Thomas Mayor, a longtime resident of Mesa, Arizona, passed away at the age of 103. He was believed to be the last survivor of the Bataan Death March, which took place during World War II. The march spanned 106 miles across the Philippines and was attended by 66,000 Filipinos and 10,000 Americans who were prisoners of war under the Japanese. According to the Encyclopædia Britannica, approximately 2,500 Filipinos and 500 American prisoners of war may have died during the march, and another 26,000 Filipinos and 1,500 Americans lost their lives at the march’s destination.
Mayor’s son, Raymond, recalled the difficult conditions that the prisoners faced during the march. He mentioned that they were malnourished, had nothing to eat, and had to drink their sweat. Mayor, who moved from the Philippines to the United States, became a symbol of resilience and strength to his family. He achieved the American Dream and had six children, 23 grandchildren, and 19 great-grandchildren during his lifetime.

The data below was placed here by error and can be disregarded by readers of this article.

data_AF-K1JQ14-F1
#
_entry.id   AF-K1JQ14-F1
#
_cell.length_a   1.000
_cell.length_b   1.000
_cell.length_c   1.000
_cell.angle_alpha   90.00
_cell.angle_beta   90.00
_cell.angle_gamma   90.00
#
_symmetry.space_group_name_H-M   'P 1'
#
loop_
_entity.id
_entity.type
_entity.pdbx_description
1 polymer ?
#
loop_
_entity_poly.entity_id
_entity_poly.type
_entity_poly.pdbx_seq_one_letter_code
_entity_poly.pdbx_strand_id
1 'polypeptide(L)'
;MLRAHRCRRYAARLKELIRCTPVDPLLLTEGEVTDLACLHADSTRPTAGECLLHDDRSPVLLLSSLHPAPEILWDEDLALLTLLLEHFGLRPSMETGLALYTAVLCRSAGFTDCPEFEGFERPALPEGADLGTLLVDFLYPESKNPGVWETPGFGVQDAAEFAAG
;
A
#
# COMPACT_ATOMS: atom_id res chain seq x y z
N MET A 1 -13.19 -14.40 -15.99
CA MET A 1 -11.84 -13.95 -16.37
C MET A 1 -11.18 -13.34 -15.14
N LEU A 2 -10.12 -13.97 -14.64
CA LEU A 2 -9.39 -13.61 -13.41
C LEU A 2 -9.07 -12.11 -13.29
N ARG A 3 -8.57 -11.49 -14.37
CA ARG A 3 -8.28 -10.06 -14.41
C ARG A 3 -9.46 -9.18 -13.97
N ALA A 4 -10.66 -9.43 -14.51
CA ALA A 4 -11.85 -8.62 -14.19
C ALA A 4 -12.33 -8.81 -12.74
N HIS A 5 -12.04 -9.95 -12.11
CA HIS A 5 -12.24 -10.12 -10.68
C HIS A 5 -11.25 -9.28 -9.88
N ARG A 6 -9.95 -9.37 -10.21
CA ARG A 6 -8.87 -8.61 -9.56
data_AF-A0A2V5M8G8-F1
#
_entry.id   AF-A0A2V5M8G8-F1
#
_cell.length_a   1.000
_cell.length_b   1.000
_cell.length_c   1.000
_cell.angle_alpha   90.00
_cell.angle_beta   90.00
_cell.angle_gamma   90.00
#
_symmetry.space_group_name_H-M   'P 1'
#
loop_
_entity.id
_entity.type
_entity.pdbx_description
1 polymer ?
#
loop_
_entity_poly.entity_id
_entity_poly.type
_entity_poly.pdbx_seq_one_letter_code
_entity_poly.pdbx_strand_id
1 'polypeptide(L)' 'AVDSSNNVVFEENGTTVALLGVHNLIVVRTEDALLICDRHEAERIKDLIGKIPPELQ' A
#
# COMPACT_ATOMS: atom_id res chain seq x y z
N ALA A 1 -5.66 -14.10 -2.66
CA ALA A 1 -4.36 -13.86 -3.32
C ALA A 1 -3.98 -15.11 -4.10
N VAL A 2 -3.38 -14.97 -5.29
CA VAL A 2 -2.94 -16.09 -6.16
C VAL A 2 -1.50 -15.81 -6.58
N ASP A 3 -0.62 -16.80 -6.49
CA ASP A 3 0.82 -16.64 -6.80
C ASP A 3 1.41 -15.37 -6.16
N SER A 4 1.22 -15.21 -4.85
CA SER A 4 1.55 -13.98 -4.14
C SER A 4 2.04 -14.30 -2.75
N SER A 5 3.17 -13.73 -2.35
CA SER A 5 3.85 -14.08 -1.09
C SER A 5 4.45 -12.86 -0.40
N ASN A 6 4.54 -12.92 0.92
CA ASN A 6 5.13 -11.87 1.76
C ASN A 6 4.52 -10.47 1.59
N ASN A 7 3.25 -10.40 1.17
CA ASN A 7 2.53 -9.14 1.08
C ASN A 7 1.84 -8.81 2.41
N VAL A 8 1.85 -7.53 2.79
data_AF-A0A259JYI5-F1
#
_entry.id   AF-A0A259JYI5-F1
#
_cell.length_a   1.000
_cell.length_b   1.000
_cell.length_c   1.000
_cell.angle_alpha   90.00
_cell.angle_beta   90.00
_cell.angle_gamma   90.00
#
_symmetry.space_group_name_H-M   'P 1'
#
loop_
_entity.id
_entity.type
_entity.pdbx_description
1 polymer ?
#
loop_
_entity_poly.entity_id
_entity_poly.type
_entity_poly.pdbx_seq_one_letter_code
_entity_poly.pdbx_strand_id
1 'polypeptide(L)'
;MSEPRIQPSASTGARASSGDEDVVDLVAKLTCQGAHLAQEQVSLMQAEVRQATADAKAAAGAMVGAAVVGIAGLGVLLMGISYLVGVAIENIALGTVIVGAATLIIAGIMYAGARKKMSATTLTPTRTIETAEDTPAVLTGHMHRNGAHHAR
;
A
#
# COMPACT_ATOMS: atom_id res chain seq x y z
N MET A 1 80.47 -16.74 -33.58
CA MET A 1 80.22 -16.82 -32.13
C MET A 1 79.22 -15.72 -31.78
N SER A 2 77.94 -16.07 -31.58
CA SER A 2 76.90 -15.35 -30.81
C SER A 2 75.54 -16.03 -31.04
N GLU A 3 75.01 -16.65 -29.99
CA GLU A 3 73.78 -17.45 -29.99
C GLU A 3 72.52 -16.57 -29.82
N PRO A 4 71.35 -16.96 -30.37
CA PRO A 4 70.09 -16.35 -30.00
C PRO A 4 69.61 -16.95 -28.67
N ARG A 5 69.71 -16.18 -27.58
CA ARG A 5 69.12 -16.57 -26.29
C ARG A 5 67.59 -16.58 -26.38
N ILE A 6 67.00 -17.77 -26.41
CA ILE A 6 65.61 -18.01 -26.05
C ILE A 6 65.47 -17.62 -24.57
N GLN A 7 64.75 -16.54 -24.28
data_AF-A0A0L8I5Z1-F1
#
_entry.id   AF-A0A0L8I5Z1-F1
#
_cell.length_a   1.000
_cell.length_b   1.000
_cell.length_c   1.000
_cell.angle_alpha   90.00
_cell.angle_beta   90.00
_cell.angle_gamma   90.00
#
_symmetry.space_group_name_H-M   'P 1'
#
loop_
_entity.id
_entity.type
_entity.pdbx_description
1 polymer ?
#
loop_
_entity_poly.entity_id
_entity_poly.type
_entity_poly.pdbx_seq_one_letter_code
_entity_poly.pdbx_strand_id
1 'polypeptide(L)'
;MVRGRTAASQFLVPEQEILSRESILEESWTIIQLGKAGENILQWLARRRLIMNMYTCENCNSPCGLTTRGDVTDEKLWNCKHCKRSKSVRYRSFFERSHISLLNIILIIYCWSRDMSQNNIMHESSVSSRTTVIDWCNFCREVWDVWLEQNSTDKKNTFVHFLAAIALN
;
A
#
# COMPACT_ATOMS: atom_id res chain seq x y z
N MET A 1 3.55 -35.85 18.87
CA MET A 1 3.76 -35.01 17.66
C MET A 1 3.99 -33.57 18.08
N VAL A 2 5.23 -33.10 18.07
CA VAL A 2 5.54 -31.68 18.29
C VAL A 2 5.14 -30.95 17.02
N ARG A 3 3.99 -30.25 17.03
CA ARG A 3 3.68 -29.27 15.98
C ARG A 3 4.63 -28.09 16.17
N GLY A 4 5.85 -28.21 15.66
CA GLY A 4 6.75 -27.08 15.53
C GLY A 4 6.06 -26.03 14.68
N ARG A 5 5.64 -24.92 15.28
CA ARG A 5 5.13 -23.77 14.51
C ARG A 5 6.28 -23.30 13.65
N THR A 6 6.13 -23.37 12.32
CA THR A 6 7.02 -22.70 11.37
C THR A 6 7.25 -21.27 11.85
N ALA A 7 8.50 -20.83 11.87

The nonprofit organization Veterans Affinity, located in the Phoenix area, honored Mayor with a medal and a challenge coin. The group’s mission is to find veterans who are in poor condition and show them appreciation for their service. Rick Kleiberg of Veterans Affinity stated that the world exists for their service. Mayor’s passing marked the end of an era, but his legacy as a survivor of the Bataan Death March will live on.